Bail

Check your region below to find out about bail in family or domestic violence incidents.

Differences between states

Northern Territory

In the Northern Territory, the Bail Act creates a presumption against bail regarding some kinds of repeated alleged offending that may occur as part of family violence – including stalking and some kinds of assault.

A presumption against bail requires the alleged offender to show why bail should not be refused, and this may include arguments that the person is not a risk to the person they are accused of harming. This includes any children who may have witnessed the family violence.

Bail may not be granted if they cannot prove that they are not a risk. In deciding whether to grant bail, consideration may also be given as to the person’s suitability for appropriate rehabilitation.

ACT

The Bail Act states that an alleged offender should not be granted bail unless they pose no danger while on bail to the person they are accused of harming. This includes any children who may have witnessed the domestic violence. Bail may not be granted if they cannot prove that they are not a risk.

The police must try and tell the person who suffered domestic violence that the alleged offender is on bail, and what the bail conditions are.

In deciding whether or not to grant bail a judge, court or police officer considers:

  • The chance of the offender committing another offence, or harassing anyone;
  • The likelihood of the offender interfering with evidence or intimidating a witness;
  • If the victim has said they are worried about protection from violence or harassment by the accused.

NSW

The police have a duty to arrest and charge anyone they reasonably suspect has committed a crime and consider whether bail should be granted. For domestic violence offences, the police should apply for an Apprehended Violence Order for the victim and should also consider putting the alleged offender on conditional bail.

Victoria

Victoria’s laws about bail are mainly found in the Bail Act 1977.

With limited exceptions for very serious offences, anyone who has been accused of an offence and taken into police custody will get bail whilst they wait to come before a court and have the case against them finalised. Bail will also be granted whilst they await sentencing after being found guilty of an offence, unless it is not in the public interest to grant bail. Bail may be refused if the court finds the person is unlikely to give themselves up into custody or is likely to commit an offence whilst on bail, endanger others or interfere with witnesses.

In some situations the court will refuse bail unless the accused person can show why they should not be kept in custody. This includes where they are accused of:

  • a stalking offence; or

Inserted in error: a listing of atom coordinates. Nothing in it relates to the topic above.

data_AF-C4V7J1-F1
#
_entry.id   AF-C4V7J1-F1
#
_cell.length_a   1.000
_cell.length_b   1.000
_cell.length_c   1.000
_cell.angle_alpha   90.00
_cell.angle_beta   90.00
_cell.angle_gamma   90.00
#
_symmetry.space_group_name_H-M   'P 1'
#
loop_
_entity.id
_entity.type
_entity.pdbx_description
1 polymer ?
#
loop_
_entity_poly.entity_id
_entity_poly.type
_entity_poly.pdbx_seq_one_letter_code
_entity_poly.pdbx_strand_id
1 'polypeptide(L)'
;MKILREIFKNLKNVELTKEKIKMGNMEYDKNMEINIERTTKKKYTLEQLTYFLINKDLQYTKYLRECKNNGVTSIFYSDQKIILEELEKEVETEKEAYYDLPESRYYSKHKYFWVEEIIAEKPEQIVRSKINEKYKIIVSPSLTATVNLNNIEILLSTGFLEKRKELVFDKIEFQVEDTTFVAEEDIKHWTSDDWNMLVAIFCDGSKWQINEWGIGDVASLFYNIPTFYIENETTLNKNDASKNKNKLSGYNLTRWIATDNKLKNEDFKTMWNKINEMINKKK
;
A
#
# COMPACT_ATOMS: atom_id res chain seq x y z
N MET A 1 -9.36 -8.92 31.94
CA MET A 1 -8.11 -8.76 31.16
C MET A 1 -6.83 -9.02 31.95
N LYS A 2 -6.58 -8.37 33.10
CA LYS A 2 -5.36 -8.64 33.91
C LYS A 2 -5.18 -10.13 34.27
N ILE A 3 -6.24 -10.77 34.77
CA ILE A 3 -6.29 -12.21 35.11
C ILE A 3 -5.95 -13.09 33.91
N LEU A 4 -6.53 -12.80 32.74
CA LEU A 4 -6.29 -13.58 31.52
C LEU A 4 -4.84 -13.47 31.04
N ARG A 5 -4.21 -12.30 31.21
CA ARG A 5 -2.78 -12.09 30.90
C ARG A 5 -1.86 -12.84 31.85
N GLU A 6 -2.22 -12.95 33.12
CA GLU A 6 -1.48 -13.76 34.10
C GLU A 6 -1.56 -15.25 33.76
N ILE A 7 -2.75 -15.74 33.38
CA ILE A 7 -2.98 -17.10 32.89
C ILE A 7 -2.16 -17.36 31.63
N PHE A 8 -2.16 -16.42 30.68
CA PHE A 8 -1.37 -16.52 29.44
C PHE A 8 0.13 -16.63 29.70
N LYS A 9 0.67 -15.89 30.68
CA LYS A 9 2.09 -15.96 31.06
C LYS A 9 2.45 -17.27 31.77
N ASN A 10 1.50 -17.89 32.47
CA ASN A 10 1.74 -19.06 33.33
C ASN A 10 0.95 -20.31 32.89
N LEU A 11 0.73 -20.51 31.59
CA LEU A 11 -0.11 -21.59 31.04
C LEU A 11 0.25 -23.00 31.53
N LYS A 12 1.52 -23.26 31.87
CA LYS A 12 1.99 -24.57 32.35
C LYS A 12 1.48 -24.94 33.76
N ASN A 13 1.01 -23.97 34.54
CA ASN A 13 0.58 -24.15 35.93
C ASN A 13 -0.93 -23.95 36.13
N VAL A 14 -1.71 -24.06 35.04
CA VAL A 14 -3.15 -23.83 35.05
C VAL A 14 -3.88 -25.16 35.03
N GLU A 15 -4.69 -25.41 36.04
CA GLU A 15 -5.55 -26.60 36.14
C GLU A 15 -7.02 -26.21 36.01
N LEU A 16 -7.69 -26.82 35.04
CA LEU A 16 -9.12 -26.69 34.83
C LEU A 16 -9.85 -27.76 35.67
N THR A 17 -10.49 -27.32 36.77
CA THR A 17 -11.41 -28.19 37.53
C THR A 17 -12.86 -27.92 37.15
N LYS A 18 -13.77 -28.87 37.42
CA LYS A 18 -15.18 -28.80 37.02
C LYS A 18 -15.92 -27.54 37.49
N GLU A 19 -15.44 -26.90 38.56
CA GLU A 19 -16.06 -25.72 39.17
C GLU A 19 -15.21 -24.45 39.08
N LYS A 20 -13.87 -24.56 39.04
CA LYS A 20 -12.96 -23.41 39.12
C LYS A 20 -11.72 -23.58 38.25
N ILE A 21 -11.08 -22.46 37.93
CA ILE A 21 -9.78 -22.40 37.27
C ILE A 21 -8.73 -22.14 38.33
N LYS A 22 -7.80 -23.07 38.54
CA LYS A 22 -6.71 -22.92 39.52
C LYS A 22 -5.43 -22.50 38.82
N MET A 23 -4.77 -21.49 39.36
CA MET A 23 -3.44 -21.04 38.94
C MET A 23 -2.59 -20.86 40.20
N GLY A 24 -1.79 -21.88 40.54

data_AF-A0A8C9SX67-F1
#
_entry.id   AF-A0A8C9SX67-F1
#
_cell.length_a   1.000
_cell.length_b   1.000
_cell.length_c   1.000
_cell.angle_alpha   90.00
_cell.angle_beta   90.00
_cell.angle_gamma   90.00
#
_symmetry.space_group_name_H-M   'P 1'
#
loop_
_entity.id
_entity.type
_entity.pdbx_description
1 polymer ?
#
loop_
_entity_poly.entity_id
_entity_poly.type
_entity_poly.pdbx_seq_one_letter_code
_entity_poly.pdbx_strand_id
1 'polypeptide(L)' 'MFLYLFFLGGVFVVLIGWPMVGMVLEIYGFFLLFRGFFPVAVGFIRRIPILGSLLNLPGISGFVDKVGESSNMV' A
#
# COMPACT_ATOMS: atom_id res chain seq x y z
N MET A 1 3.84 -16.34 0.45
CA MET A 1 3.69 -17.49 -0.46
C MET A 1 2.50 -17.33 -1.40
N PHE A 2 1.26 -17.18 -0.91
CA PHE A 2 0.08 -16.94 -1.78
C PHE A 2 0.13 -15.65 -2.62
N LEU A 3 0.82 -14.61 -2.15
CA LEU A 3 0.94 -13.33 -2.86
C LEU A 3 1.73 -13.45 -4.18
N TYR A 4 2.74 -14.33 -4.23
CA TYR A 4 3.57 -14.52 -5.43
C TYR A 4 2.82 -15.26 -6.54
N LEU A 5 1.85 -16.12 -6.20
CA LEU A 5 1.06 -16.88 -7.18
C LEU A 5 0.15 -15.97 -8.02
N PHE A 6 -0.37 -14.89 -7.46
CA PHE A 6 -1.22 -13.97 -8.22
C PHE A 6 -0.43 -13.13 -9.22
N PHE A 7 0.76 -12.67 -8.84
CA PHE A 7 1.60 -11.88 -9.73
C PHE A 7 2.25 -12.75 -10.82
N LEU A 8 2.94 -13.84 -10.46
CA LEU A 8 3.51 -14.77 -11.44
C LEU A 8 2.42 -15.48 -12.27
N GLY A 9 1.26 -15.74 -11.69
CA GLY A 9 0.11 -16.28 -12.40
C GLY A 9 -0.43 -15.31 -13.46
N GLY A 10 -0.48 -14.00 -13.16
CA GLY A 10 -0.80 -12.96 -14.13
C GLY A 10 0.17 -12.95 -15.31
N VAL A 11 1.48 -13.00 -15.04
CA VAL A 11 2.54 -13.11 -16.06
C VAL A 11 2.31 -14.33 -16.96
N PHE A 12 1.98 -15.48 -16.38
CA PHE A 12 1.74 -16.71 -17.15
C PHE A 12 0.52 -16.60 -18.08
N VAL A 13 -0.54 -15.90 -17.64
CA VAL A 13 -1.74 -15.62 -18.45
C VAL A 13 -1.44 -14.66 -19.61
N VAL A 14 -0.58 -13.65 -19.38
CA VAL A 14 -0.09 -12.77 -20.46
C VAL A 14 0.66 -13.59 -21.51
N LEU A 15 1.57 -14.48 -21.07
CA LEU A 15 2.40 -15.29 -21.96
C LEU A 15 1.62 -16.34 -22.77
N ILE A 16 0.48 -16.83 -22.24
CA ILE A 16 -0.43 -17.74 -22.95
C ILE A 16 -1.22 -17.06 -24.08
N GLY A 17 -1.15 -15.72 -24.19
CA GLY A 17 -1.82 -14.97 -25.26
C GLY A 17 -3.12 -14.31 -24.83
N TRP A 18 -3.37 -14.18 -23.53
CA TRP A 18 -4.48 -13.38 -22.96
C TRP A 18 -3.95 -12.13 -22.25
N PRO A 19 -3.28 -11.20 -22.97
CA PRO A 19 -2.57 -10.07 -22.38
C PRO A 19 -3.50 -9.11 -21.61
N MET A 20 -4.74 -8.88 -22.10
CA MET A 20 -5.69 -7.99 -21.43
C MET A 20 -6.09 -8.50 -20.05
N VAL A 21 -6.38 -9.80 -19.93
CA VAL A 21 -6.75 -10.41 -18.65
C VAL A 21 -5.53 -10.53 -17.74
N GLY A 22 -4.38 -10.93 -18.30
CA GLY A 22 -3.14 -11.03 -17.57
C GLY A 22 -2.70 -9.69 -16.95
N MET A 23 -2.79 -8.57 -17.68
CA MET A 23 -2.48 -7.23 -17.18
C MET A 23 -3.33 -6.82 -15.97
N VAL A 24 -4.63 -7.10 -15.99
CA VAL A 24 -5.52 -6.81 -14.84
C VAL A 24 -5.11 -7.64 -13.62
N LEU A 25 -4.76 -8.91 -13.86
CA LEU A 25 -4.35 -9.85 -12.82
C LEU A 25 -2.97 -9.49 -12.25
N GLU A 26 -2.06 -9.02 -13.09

• not obeying a family violence intervention order or a family violence safety notice; or
  • not obeying a personal safety intervention order; and

They are alleged to have used or threatened to use violence whilst committing the offence; and

  • within the past 10 years they have been found guilty or convicted of a stalking offence or other offence during which they used or threatened violence; or
  • the court is satisfied that on a separate occasion they used or threatened to use violence against the person they are accused of stalking or the person protected by the family violence or personal safety intervention order (regardless of whether they have been charged/found guilty or convicted of a related offence).

South Australia

In South Australia, bail matters are regulated by the Bail Act 1985 (SA). Any accused may apply for bail and can be released on bail as opposed to being kept in custody, after he/she has been charged with an offence and prior to conviction.

When someone has not yet been convicted of an offence and makes an application for bail, the Bail Act (SA) provides a presumption in favour of bail being granted, as the person has not yet been convicted of any offence. In some circumstances however, an accused may not be granted bail depending on circumstances such as:

  • the seriousness of the offence; or
  • if he/she is likely to abscond, offend again, or interfere with witnesses.

An accused person may apply for bail at any stage during criminal proceedings. Bail can be granted by either the police or the courts.

Tasmania

The Family Violence Act has its own bail provisions, which are very different to other offences. Unlike other offences, the alleged offender has to show that they are not a risk to the person they are accused of harming. This includes any children who may have witnessed the family violence. Bail may not be granted if they cannot prove that they are not a risk.

In deciding whether or not to grant bail a judge, court or police officer must have regard to the following matters:

  • any available risk assessment, safety audit or rehabilitation program assessment;
  • the offender’s demeanour;
  • the availability of suitable accommodation for the offender and victim or affected children; or
  • any other matter considered relevant.